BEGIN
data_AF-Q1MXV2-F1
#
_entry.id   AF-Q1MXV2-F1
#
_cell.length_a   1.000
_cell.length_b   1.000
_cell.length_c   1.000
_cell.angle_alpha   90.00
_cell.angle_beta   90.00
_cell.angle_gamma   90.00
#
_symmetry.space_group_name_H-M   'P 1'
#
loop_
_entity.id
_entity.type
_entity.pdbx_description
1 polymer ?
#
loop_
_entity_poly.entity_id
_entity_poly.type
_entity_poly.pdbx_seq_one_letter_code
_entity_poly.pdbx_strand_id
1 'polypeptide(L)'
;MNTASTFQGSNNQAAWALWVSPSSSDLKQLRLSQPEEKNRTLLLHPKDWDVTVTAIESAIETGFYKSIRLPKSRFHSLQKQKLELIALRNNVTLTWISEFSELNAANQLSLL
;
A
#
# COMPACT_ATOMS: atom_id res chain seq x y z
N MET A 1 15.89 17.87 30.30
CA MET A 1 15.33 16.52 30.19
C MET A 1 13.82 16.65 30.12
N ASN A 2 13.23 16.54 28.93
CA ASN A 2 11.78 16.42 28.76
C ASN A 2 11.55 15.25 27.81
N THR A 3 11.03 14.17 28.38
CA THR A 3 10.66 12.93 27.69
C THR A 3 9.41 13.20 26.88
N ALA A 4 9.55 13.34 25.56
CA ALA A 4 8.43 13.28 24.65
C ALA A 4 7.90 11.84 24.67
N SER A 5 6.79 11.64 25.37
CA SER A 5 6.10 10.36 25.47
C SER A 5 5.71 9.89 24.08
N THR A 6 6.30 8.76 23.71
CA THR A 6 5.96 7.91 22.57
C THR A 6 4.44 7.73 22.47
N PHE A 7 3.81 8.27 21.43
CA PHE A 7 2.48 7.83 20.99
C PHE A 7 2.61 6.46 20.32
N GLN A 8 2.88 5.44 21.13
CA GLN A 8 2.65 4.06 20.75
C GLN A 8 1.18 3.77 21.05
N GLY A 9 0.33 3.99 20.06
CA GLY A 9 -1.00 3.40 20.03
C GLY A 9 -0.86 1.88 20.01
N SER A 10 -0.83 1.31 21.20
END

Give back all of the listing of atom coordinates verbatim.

data_AF-Q1MXV2-F1
#
_entry.id   AF-Q1MXV2-F1
#
_cell.length_a   1.000
_cell.length_b   1.000
_cell.length_c   1.000
_cell.angle_alpha   90.00
_cell.angle_beta   90.00
_cell.angle_gamma   90.00
#
_symmetry.space_group_name_H-M   'P 1'
#
loop_
_entity.id
_entity.type
_entity.pdbx_description
1 polymer ?
#
loop_
_entity_poly.entity_id
_entity_poly.type
_entity_poly.pdbx_seq_one_letter_code
_entity_poly.pdbx_strand_id
1 'polypeptide(L)'
;MNTASTFQGSNNQAAWALWVSPSSSDLKQLRLSQPEEKNRTLLLHPKDWDVTVTAIESAIETGFYKSIRLPKSRFHSLQKQKLELIALRNNVTLTWISEFSELNAANQLSLL
;
A
#
# COMPACT_ATOMS: atom_id res chain seq x y z
N MET A 1 15.89 17.87 30.30
CA MET A 1 15.33 16.52 30.19
C MET A 1 13.82 16.65 30.12
N ASN A 2 13.23 16.54 28.93
CA ASN A 2 11.78 16.42 28.76
C ASN A 2 11.55 15.25 27.81
N THR A 3 11.03 14.17 28.38
CA THR A 3 10.66 12.93 27.69
C THR A 3 9.41 13.20 26.88
N ALA A 4 9.55 13.34 25.56
CA ALA A 4 8.43 13.28 24.65
C ALA A 4 7.90 11.84 24.67
N SER A 5 6.79 11.64 25.37
CA SER A 5 6.10 10.36 25.47
C SER A 5 5.71 9.89 24.08
N THR A 6 6.30 8.76 23.71
CA THR A 6 5.96 7.91 22.57
C THR A 6 4.44 7.73 22.47
N PHE A 7 3.81 8.27 21.43
CA PHE A 7 2.48 7.83 20.99
C PHE A 7 2.61 6.46 20.32
N GLN A 8 2.88 5.44 21.13
CA GLN A 8 2.65 4.06 20.75
C GLN A 8 1.18 3.77 21.05
N GLY A 9 0.33 3.99 20.06
CA GLY A 9 -1.00 3.40 20.03
C GLY A 9 -0.86 1.88 20.01
N SER A 10 -0.83 1.31 21.20